Marine Protected Areas: key terms

A glossary of key terms relating to the policy development of Marine Protected Areas, including assessment types, designations, and the relevant legislation.

Demonstration and research MPAs   

Demonstration and research Marine Protected Areas (MPAs) are designated by Scottish Ministers under the Marine (Scotland) Act 2010. Sites can be established for the purpose of demonstrating or carrying out research on sustainable methods of marine management or exploitation in Scottish territorial waters. Their application is not restricted to nature conservation. Proposals will be developed and assessed according to a set of specific guidelines which will examine the scientific case for a MPA, the level of support and the reasons why a MPA is the most appropriate mechanism to use. 

Environmental Impact Assessment (EIA) 

Evaluates the significant environmental effects likely to arise from proposed development projects. 

Highly Protected Marine Areas 

Highly Protected Marine Areas (HPMAs) will provide additional environmental protection over and above the existing MPA network, by establishing sites which will provide protection from all extractive, destructive or depositional activities including all fisheries, aquaculture, and other infrastructure developments, while allowing other activities, such as tourism or recreational water activities, at non-damaging levels.  HPMAs may overlap with current MPAs. In these cases, they will provide extra environmental protection additional to that afforded by existing MPAs.   

Historic MPAs 

Historic Marine Protected Areas ‘Historic MPAs’ are designated under Section 67 of the Marine Scotland Act 2010 to protect marine historic assets (e.g., historic shipwrecks) of national importance within Scottish territorial waters. 

Marine monitoring strategy 

Marine Scotland, in partnership with NatureScot and the Joint Nature Conservation Committee (JNCC), has developed a Scottish Marine Protected Area monitoring strategy. This will ensure the necessary information is collected from the Scottish MPA network to underpin assessment and reporting obligations. The Strategy is supported by a series of annexes which provide more detail on monitoring methods, collaborative working, current monitoring and a two year forward look for MPA monitoring.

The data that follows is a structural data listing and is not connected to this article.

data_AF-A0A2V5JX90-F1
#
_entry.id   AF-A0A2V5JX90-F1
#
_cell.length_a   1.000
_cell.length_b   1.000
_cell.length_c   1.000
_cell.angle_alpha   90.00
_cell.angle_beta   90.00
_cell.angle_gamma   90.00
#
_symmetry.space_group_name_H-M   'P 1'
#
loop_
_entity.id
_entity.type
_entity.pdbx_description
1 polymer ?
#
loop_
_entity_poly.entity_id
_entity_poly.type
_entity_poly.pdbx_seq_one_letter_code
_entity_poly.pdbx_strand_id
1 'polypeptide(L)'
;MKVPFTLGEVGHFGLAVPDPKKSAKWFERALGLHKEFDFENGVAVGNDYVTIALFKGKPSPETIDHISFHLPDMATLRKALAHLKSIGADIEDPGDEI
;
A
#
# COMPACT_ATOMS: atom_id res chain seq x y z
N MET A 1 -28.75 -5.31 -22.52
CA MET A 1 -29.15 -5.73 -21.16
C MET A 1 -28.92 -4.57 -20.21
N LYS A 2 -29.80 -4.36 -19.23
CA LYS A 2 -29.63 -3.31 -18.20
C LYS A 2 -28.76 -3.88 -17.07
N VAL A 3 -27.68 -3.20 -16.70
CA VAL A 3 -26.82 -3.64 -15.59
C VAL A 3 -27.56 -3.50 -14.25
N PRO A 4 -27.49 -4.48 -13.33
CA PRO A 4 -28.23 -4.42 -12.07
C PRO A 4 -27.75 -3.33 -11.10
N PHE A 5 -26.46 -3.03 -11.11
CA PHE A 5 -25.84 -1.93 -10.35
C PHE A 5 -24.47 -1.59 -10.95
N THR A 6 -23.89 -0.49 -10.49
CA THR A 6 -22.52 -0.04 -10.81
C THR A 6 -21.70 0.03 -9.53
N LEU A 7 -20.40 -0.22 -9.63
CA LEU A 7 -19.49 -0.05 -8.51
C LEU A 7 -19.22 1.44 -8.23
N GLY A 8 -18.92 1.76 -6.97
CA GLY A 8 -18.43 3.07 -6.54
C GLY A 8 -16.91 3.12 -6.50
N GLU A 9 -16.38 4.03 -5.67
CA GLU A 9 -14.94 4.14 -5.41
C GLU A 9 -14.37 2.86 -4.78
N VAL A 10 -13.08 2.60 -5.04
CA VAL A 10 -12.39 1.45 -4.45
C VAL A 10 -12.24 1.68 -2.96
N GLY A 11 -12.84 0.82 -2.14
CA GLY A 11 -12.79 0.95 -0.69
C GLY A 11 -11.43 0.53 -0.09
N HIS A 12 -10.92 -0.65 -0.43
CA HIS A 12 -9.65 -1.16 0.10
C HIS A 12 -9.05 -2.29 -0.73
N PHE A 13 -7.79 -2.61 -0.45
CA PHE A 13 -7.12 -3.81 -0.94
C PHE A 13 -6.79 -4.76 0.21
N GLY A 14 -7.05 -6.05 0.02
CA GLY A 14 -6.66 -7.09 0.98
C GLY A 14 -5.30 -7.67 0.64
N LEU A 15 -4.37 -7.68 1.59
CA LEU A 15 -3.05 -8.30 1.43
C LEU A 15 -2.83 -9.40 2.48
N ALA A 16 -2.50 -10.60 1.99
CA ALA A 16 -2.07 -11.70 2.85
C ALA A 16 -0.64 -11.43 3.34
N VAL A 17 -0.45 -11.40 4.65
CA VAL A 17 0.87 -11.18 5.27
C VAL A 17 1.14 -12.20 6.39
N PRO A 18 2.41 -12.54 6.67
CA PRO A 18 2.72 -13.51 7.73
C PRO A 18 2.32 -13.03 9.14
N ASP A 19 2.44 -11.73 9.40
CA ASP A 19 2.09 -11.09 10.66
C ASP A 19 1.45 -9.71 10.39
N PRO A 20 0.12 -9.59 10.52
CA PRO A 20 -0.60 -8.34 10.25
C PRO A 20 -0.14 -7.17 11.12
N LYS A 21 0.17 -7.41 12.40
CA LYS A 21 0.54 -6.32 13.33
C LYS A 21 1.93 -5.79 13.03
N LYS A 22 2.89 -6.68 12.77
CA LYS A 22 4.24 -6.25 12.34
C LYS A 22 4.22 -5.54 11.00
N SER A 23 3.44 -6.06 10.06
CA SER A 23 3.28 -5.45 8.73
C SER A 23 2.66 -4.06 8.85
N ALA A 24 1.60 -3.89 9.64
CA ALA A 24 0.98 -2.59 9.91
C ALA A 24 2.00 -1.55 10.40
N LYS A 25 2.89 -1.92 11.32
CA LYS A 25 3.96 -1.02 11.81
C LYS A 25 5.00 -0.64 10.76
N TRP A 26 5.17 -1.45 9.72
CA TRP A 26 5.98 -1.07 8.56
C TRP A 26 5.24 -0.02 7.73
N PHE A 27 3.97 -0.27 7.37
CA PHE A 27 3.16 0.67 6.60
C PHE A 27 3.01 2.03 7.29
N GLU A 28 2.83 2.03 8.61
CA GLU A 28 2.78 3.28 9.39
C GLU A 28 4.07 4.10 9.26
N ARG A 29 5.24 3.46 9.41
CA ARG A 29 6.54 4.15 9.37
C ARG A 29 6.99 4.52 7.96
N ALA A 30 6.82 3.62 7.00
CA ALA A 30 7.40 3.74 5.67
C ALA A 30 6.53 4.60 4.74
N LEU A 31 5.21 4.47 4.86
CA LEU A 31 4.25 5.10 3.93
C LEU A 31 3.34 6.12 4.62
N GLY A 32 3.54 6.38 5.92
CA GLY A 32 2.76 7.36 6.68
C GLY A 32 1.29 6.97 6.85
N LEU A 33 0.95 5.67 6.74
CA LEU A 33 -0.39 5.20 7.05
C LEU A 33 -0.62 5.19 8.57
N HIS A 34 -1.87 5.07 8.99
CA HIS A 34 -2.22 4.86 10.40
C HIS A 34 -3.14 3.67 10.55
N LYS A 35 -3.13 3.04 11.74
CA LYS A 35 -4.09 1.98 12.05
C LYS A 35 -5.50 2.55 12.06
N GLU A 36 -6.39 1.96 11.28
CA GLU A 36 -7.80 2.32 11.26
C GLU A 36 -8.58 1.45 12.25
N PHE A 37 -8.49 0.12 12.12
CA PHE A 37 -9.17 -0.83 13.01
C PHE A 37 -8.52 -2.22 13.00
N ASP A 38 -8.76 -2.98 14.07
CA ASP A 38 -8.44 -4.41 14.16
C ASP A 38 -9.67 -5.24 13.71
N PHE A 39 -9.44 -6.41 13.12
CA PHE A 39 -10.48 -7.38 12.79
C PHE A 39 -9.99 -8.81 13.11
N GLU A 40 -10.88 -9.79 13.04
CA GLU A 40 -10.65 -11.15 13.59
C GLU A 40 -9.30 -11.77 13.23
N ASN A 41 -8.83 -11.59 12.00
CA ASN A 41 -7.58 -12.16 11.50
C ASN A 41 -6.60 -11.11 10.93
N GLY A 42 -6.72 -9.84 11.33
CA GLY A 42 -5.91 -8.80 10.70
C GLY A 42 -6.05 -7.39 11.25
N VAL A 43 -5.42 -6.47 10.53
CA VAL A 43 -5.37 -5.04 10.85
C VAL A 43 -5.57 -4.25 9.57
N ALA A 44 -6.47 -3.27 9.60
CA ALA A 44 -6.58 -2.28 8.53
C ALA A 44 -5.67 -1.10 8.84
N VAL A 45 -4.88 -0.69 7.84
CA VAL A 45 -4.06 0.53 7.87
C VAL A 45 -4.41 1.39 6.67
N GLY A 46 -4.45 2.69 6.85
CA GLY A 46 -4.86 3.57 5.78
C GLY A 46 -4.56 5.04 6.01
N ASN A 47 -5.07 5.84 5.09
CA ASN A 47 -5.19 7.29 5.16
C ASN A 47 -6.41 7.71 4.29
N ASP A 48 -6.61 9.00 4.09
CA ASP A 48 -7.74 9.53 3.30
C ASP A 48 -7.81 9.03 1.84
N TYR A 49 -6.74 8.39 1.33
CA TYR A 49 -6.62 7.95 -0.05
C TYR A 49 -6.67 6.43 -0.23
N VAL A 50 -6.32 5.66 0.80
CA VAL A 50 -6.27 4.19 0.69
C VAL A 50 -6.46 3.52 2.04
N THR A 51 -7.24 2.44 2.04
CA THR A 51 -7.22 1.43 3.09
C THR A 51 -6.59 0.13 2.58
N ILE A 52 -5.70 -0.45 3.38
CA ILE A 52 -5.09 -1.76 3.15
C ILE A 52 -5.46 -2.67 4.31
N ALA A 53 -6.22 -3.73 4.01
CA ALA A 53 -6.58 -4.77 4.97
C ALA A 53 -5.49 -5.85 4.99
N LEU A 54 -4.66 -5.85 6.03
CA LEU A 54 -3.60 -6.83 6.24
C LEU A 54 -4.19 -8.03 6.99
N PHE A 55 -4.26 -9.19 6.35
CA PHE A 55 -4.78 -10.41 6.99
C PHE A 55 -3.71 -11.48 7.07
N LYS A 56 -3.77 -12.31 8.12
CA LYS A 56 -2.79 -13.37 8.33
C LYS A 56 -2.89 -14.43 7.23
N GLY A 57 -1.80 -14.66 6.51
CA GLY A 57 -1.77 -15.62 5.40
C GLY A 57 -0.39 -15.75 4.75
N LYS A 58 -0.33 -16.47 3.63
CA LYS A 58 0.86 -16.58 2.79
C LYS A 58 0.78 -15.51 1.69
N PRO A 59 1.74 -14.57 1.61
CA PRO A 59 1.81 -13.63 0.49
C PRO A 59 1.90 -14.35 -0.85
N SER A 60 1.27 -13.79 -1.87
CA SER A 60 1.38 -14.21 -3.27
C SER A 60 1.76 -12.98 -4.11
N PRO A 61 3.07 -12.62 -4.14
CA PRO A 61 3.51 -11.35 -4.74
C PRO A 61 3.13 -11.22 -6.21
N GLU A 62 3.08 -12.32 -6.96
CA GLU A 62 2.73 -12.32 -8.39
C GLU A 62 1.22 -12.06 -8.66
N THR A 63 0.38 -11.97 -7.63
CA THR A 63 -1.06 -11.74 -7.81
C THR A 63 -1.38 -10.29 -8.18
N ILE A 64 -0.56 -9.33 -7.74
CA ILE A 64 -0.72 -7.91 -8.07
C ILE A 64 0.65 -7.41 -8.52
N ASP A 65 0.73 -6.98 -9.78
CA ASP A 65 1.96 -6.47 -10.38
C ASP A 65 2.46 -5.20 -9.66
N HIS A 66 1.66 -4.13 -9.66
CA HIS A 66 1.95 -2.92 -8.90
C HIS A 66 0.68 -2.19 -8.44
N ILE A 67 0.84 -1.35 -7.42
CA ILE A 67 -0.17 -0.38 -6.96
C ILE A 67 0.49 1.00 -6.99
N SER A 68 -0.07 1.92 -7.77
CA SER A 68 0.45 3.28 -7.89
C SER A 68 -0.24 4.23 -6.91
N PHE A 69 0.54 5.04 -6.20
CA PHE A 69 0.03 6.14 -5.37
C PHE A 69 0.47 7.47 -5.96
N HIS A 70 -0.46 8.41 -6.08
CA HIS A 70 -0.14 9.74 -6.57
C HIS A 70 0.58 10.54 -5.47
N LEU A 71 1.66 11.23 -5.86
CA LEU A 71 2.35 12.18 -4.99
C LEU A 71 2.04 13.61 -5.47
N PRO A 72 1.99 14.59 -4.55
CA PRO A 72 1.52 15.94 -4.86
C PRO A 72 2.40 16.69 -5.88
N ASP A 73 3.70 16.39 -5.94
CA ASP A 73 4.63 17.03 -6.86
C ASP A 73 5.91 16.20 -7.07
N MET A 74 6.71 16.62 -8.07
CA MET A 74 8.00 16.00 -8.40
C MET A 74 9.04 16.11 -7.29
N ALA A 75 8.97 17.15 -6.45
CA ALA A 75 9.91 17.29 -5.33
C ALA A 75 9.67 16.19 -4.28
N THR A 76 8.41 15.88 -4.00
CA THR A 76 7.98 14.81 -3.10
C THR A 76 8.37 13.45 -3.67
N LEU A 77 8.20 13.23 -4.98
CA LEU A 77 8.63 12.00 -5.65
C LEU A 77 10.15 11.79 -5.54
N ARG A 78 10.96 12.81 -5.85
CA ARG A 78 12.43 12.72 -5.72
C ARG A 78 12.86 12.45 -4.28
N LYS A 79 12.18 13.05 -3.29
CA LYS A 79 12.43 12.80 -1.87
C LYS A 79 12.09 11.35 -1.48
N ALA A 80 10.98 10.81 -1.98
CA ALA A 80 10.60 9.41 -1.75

Marine Protected Area (MPA) 

The designation of an MPA provides immediate protection from any activity or works that may impact the designated features, within the site. The fisheries sector is not included in this immediate protection due to the complexities of potential impacts.  

The Scottish Government have legal obligations under the Convention on Biological Diversity and OSPAR Convention to put in place a coherent network of protected areas to conserve marine biological diversity.  

Our protected sites which make up the MPA network are:  

  • Nature Conservation MPAs  

  • Special Areas of Conservation (SAC)  

  • Special Protection Areas (SPA)  

  • Sites of Special Scientific Interest (SSSI)  


  • Historic MPAs 

  • Demonstration and Research MPAs     

Marine Strategy Regulations 

The Marine Strategy Regulations 2010 provide a comprehensive framework for the four UK administrations to take a coordinated approach to assess, monitor, and take action to achieve or maintain Good Environmental Status (GES) across UK waters. Achieving GES is about protecting the marine environment, preventing its deterioration, and restoring it where practical, while allowing sustainable use of marine resources. The Marine Strategy is published in three parts of a six year cycle, which assess, monitor and details the Programme of Measures the UK will use until 2027 to support progress GES.